History of the Key West Custom House
The big red brick building towering over Mallory Square and the Key West waterfront is known as the Custom House, but customs operations only formed part of what transpired inside its walls
A Strategic Island
Key West, along with Florida, became a United States territory after the ratification of the Adams-Onis Treaty with Spain in 1821. In January 1822, Alabama businessman John Simonton purchased the island for $2,000 due to its strategic location at the entrance to the Gulf of Mexico. Geographically, Key West is situated 128 miles southwest of mainland Florida and 90 miles north of Cuba. Its close proximity to trade routes connecting major ports in the United States, the Caribbean and the Americas made Key West an ideal destination for business entrepreneurs such as Simonton, as well as the U.S. military.
Key West's Early Economy
Salvaging, importing and exporting, fishing, sponging and eventually cigar manufacturing formed the backbone of Key West’s 19th century economy. As a result, the island’s population grew rapidly. When the island was initially settled, there were roughly 500 inhabitants, increasing to 5,675 by 1870, which more than tripled during the next two decades, reaching 18,080 by 1890. This made Key West the most populated city in all of Florida.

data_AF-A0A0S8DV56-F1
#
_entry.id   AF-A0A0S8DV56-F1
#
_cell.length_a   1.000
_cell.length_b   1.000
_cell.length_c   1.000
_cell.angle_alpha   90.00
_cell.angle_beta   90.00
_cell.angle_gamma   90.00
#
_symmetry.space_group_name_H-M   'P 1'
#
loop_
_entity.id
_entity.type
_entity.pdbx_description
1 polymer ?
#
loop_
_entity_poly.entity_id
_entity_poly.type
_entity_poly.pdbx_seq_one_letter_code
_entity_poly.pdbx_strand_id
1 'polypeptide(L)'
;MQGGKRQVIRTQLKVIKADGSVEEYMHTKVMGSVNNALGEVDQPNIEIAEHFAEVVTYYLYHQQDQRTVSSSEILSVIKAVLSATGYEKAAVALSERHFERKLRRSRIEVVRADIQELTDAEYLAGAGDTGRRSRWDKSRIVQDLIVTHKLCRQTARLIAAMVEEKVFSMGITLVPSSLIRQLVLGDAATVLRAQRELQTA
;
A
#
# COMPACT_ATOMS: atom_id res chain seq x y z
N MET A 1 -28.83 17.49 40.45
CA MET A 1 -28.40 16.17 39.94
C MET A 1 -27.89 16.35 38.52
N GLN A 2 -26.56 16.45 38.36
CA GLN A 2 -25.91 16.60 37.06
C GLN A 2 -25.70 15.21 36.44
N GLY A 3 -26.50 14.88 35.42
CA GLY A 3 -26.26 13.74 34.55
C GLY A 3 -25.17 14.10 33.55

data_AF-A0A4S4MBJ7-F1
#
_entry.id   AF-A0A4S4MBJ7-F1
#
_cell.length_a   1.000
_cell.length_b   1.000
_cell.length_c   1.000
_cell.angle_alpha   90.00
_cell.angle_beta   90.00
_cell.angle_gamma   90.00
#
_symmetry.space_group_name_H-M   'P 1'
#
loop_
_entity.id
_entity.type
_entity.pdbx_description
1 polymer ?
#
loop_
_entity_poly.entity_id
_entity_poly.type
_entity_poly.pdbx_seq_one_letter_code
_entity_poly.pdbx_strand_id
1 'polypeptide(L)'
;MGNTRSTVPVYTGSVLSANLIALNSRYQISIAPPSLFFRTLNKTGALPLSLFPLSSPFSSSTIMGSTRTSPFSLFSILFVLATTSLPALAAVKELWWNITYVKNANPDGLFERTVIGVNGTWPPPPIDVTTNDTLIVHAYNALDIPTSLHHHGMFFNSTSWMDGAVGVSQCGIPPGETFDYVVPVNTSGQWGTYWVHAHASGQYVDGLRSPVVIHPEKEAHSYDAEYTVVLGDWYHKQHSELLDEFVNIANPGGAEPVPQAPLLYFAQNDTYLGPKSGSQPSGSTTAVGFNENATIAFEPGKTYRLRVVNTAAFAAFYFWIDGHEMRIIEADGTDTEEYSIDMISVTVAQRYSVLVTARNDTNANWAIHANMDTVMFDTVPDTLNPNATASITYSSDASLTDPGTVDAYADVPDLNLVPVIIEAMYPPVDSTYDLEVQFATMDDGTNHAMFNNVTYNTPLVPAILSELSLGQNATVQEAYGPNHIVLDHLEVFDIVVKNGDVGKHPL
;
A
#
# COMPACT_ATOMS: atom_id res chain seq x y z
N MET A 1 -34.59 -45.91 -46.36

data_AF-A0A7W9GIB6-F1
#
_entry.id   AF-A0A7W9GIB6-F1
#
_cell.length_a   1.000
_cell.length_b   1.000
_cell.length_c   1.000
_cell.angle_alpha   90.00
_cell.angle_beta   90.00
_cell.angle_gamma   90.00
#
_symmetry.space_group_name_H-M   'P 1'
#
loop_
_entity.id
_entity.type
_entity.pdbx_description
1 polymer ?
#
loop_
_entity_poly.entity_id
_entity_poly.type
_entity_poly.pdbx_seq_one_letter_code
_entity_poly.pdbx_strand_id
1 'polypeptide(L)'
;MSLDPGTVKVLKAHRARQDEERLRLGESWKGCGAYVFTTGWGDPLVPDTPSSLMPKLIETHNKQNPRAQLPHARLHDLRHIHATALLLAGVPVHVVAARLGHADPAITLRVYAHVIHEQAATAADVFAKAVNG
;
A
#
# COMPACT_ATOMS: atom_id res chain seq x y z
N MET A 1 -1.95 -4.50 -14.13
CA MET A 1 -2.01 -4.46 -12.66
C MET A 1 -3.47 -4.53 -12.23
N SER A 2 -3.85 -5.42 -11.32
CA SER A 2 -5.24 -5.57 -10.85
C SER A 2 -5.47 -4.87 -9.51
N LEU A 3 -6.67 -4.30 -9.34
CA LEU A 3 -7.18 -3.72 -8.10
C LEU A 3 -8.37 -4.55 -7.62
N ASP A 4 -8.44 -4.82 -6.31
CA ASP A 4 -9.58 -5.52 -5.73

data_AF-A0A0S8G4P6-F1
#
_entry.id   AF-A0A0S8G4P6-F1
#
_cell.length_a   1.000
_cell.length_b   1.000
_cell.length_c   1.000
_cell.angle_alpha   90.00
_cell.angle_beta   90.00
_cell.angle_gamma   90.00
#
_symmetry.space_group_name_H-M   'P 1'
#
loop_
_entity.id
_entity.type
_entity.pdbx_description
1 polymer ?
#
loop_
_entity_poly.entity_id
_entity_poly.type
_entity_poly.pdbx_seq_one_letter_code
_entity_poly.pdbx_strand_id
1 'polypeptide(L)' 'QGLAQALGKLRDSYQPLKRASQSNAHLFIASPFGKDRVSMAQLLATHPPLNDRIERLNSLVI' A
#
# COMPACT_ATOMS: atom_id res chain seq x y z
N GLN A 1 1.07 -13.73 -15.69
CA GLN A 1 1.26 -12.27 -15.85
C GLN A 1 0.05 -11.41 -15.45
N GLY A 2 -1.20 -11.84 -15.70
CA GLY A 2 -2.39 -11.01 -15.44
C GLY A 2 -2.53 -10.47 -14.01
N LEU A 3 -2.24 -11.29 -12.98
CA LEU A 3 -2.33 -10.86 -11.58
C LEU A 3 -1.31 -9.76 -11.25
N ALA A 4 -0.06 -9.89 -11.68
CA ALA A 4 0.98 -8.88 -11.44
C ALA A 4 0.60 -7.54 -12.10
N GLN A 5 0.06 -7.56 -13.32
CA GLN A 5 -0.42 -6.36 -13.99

Early Customs Operations
Key West’s expanding trade operations required a stronger federal presence on the island. By 1828, Key West had been designated a U.S. Port of Entry, meaning the federal government established a Superior Court of the Southern Judicial District of the Territory of Florida in Key West. In 1833, the government purchased land near the harbor and erected a small wooden structure to house its customs operations. So lucrative were the customs operations that by 1882 the annual revenue generated in Key West alone was greater than the amount of revenue received from all other Florida ports combined.